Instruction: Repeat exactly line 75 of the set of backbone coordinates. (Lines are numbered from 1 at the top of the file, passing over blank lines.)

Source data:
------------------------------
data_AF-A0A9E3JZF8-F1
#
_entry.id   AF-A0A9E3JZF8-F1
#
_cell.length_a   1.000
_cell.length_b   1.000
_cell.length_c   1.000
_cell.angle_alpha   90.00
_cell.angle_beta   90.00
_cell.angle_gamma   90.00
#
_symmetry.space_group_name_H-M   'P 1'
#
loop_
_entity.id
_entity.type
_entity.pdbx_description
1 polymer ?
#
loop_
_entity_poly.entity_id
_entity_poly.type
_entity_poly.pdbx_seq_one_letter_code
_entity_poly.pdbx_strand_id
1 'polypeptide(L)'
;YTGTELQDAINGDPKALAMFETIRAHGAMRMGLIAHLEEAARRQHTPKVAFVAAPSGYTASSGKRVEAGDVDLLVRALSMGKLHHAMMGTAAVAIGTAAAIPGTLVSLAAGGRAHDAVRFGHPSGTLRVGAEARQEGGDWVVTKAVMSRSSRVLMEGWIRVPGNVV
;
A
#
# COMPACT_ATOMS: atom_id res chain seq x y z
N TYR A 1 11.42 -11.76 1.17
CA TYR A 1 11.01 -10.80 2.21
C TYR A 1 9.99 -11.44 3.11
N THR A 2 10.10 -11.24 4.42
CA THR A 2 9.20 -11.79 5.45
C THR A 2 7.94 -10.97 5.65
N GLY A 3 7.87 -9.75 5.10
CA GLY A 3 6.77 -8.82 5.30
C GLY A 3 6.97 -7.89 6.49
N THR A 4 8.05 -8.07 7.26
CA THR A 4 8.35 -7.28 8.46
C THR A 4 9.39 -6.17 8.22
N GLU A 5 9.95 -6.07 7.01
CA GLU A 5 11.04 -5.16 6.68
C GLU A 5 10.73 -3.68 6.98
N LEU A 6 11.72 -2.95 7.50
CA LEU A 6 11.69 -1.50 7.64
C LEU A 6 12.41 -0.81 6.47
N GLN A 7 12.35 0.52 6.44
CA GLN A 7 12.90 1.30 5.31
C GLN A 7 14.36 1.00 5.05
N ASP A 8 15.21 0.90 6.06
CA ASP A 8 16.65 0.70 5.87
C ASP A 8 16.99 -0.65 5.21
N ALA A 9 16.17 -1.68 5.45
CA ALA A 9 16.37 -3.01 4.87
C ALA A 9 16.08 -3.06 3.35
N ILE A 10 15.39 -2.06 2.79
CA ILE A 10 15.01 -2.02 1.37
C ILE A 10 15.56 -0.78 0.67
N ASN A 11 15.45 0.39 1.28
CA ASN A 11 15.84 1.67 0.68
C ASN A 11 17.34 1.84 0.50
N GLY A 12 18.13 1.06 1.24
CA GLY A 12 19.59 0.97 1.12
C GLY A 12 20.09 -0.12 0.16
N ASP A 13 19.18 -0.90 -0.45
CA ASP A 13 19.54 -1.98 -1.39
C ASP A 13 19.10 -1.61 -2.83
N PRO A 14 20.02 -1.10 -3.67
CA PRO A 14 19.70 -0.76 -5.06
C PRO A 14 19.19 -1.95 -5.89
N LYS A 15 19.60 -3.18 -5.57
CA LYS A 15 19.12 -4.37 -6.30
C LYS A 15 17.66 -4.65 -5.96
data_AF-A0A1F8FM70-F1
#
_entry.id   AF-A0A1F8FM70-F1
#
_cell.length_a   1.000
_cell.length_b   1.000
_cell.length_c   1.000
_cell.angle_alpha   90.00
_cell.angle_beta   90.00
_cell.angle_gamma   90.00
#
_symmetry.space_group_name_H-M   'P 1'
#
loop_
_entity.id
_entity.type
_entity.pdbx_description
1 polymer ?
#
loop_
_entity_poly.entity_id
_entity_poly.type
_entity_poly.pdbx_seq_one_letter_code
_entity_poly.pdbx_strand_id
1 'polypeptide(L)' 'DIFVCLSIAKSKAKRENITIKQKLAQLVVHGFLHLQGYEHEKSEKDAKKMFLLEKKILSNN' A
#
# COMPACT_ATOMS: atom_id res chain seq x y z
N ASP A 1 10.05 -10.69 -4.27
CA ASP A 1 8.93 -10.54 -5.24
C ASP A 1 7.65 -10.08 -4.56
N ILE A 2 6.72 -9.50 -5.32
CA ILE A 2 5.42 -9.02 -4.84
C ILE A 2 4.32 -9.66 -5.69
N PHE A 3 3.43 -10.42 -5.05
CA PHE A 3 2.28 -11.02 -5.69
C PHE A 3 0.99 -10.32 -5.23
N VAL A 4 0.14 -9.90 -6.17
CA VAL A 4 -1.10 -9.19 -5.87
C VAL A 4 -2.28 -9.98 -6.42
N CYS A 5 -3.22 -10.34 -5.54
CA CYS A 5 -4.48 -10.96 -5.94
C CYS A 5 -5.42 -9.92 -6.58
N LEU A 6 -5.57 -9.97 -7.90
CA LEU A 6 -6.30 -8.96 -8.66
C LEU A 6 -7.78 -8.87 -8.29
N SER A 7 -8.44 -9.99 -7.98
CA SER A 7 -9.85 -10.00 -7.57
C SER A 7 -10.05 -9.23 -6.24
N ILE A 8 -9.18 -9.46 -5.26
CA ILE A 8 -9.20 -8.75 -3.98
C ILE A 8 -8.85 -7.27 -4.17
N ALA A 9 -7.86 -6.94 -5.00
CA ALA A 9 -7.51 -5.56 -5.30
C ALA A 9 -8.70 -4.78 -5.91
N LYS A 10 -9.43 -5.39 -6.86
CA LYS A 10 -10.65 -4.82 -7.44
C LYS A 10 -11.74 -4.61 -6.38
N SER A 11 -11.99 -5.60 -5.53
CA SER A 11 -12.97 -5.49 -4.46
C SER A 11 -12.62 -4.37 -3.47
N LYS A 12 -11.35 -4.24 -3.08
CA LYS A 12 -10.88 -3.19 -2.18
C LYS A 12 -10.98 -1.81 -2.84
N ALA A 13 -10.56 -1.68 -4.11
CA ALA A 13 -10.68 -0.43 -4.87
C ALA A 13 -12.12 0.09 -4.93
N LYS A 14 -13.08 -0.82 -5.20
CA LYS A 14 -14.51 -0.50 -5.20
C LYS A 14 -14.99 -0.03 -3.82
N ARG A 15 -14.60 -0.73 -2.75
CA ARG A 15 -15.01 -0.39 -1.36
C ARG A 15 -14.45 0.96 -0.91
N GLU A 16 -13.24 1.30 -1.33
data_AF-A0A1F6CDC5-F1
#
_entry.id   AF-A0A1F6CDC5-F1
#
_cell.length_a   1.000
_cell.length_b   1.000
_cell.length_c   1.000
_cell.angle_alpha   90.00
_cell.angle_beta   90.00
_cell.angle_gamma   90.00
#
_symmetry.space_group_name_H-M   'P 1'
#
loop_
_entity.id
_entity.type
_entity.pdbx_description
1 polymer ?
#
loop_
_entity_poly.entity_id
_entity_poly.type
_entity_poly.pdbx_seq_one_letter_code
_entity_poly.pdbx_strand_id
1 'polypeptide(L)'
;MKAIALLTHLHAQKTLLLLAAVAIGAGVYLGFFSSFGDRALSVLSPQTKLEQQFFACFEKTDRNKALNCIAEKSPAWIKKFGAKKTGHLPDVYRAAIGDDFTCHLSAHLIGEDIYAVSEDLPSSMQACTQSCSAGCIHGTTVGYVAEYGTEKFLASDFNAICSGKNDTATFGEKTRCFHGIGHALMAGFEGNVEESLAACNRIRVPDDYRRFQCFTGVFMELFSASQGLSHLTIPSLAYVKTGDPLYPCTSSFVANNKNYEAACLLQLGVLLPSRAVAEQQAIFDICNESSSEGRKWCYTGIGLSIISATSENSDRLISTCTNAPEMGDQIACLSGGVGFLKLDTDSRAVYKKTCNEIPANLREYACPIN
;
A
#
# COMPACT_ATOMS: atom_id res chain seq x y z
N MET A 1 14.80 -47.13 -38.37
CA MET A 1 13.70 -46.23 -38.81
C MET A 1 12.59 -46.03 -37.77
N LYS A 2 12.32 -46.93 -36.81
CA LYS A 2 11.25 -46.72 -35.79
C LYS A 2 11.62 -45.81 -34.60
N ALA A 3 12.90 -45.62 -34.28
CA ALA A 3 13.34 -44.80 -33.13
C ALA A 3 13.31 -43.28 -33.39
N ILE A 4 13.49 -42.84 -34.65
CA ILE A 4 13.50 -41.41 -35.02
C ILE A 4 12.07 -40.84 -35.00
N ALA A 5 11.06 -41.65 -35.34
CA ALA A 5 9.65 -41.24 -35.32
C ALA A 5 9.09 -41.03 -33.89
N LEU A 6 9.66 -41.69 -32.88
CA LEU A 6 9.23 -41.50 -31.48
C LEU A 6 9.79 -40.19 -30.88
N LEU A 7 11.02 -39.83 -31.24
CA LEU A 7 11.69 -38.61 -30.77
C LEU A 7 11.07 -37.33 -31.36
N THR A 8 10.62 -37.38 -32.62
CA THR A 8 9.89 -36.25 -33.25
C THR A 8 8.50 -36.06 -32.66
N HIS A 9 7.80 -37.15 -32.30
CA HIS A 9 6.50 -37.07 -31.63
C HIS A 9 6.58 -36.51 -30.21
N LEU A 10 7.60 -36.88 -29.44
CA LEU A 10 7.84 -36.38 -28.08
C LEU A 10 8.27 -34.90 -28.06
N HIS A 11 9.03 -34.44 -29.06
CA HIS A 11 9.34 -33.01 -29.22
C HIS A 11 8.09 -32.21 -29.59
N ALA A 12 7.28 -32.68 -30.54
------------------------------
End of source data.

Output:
C LYS A 15 17.66 -4.65 -5.96